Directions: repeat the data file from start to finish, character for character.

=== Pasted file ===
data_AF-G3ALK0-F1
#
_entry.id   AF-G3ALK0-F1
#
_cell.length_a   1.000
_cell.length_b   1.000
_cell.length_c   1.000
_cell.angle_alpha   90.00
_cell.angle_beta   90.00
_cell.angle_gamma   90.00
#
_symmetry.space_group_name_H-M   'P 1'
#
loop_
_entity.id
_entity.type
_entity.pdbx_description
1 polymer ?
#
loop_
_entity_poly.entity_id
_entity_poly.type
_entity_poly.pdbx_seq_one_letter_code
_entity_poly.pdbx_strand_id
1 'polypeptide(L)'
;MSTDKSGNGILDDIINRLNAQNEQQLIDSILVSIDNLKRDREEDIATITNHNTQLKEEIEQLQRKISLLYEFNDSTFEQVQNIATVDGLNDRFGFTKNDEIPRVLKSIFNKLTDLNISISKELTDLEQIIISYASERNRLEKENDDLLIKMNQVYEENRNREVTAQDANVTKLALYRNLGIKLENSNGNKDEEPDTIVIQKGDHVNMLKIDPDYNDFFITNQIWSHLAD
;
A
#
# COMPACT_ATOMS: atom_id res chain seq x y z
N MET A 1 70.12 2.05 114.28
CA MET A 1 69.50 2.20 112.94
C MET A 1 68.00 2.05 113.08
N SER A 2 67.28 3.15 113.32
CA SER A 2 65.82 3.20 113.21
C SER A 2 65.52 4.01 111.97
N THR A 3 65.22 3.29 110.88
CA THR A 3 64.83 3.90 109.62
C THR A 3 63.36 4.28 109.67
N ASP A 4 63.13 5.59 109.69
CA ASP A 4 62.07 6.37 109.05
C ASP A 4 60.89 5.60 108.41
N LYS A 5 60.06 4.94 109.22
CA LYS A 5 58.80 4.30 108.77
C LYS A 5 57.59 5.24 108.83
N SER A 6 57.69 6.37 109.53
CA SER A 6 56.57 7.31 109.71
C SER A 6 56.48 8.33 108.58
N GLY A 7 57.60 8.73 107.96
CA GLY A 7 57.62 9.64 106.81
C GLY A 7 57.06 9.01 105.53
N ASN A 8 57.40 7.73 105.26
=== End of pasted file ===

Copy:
data_AF-G3ALK0-F1
#
_entry.id   AF-G3ALK0-F1
#
_cell.length_a   1.000
_cell.length_b   1.000
_cell.length_c   1.000
_cell.angle_alpha   90.00
_cell.angle_beta   90.00
_cell.angle_gamma   90.00
#
_symmetry.space_group_name_H-M   'P 1'
#
loop_
_entity.id
_entity.type
_entity.pdbx_description
1 polymer ?
#
loop_
_entity_poly.entity_id
_entity_poly.type
_entity_poly.pdbx_seq_one_letter_code
_entity_poly.pdbx_strand_id
1 'polypeptide(L)'
;MSTDKSGNGILDDIINRLNAQNEQQLIDSILVSIDNLKRDREEDIATITNHNTQLKEEIEQLQRKISLLYEFNDSTFEQVQNIATVDGLNDRFGFTKNDEIPRVLKSIFNKLTDLNISISKELTDLEQIIISYASERNRLEKENDDLLIKMNQVYEENRNREVTAQDANVTKLALYRNLGIKLENSNGNKDEEPDTIVIQKGDHVNMLKIDPDYNDFFITNQIWSHLAD
;
A
#
# COMPACT_ATOMS: atom_id res chain seq x y z
N MET A 1 70.12 2.05 114.28
CA MET A 1 69.50 2.20 112.94
C MET A 1 68.00 2.05 113.08
N SER A 2 67.28 3.15 113.32
CA SER A 2 65.82 3.20 113.21
C SER A 2 65.52 4.01 111.97
N THR A 3 65.22 3.29 110.88
CA THR A 3 64.83 3.90 109.62
C THR A 3 63.36 4.28 109.67
N ASP A 4 63.13 5.59 109.69
CA ASP A 4 62.07 6.37 109.05
C ASP A 4 60.89 5.60 108.41
N LYS A 5 60.06 4.94 109.22
CA LYS A 5 58.80 4.30 108.77
C LYS A 5 57.59 5.24 108.83
N SER A 6 57.69 6.37 109.53
CA SER A 6 56.57 7.31 109.71
C SER A 6 56.48 8.33 108.58
N GLY A 7 57.60 8.73 107.96
CA GLY A 7 57.62 9.64 106.81
C GLY A 7 57.06 9.01 105.53
N ASN A 8 57.40 7.73 105.26